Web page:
A federal appellate court issued an Aug. 13 decision on the treatment of third-party payments in the Medicaid disproportionate share hospital (DSH) shortfall definition. The federal appellate court overturned the district court’s decision and reinstates the Centers for Medicare and Medicaid Services’ (CMS’s) 2017 final regulation, which counts all third-party payments and costs in the definition of Medicaid shortfall.
In 2017, CMS finalized a regulation that defined Medicaid shortfall to include all third-party payments and costs in the Medicaid shortfall definition. In 2018, the Children’s Hospital Association of Texas challenged the 2017 regulation in federal district court, arguing that CMS’s regulation inappropriately altered the DSH formula.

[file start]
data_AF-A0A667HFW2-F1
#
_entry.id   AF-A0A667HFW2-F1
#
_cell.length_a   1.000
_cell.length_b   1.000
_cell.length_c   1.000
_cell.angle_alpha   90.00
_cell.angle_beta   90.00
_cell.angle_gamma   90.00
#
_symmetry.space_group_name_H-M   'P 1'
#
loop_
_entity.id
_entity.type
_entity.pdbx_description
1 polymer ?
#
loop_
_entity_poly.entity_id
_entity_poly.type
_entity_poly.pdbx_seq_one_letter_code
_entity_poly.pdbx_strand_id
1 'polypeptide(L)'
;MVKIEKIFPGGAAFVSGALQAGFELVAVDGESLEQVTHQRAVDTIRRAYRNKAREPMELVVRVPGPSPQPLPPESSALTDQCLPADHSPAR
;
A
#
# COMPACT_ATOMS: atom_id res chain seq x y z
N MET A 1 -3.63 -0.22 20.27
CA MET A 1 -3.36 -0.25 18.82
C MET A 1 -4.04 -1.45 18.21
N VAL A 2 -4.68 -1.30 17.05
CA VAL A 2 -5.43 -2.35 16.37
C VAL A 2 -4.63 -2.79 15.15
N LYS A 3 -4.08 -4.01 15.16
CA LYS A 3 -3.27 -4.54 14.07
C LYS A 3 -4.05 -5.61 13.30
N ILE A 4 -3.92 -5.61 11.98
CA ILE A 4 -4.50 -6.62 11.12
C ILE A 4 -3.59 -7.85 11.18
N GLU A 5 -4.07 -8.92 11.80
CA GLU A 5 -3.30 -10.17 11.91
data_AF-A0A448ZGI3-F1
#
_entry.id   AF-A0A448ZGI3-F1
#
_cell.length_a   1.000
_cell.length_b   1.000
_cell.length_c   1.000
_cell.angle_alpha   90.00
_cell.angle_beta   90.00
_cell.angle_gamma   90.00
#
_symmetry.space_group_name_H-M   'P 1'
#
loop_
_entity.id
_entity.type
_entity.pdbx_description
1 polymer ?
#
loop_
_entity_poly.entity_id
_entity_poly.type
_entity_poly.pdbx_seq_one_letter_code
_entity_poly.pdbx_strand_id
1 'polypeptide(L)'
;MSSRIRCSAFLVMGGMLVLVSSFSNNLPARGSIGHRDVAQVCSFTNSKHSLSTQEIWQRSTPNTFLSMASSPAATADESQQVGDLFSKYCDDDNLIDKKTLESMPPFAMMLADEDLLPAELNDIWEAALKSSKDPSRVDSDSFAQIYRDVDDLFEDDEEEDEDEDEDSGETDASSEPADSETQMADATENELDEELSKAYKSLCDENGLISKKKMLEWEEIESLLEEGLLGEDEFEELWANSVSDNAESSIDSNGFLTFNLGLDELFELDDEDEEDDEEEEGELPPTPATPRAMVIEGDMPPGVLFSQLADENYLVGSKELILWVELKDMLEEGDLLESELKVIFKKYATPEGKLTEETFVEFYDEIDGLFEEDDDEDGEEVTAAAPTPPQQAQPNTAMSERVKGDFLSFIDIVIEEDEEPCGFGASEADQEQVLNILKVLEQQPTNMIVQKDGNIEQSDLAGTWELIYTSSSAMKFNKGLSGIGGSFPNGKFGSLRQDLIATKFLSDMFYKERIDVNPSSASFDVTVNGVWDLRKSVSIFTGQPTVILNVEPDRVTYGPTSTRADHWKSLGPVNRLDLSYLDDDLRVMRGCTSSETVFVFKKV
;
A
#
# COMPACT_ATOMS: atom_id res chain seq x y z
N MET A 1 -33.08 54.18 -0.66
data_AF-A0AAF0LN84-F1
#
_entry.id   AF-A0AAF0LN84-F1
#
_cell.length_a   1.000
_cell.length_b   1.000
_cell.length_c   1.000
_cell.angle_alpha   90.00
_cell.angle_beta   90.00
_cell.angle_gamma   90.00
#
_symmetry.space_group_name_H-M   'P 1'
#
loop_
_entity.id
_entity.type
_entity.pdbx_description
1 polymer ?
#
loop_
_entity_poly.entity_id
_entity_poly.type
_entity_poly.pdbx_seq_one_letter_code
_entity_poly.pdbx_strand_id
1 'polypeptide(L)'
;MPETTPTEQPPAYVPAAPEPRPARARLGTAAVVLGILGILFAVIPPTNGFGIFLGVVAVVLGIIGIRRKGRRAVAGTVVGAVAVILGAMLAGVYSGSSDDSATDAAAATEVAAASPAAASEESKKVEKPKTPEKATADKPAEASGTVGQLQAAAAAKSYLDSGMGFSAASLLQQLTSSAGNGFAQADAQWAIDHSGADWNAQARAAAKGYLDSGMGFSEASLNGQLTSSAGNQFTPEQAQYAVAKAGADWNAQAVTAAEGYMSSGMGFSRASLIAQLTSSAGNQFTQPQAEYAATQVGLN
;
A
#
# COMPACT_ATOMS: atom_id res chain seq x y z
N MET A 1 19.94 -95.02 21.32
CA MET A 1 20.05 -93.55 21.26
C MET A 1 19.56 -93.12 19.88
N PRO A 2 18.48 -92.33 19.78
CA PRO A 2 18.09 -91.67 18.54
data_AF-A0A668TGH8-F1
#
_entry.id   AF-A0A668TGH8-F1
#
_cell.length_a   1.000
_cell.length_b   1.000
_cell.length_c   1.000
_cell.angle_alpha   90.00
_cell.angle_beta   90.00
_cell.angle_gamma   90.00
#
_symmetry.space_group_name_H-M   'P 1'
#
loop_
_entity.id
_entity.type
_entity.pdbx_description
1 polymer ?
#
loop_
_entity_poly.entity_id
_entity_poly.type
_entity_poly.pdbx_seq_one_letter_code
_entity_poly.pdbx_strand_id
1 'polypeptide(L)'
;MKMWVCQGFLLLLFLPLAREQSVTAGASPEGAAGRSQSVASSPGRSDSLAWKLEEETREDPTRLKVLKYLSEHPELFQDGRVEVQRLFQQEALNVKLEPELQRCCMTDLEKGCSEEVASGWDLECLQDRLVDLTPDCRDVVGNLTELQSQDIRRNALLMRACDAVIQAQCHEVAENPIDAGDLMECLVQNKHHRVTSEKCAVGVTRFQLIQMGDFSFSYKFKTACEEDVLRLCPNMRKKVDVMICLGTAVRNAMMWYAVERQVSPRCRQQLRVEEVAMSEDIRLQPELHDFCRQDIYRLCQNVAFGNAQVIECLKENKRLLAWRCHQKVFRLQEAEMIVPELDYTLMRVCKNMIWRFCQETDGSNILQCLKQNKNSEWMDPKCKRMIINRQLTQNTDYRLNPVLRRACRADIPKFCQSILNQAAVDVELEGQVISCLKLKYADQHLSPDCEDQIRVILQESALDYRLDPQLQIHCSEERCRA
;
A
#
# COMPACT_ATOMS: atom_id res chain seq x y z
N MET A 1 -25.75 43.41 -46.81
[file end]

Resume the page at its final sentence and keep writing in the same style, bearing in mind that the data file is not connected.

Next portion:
The court ruled that third-party payer costs could still be counted, but payments from third-party payers could no longer be included as part of the definition of Medicaid shortfall. As a result, third-party payments would not have been counted toward the Medicaid shortfall calculation while costs were, which were expected to double Medicaid shortfall in the national aggregate.
The Medicaid and CHIP Access and Payment Commission discussed this topic previously [see Washington Highlights, April 12] and commissioners voted unanimously to recommend to exclude both third-party costsand payments in the Medicaid shortfall definition.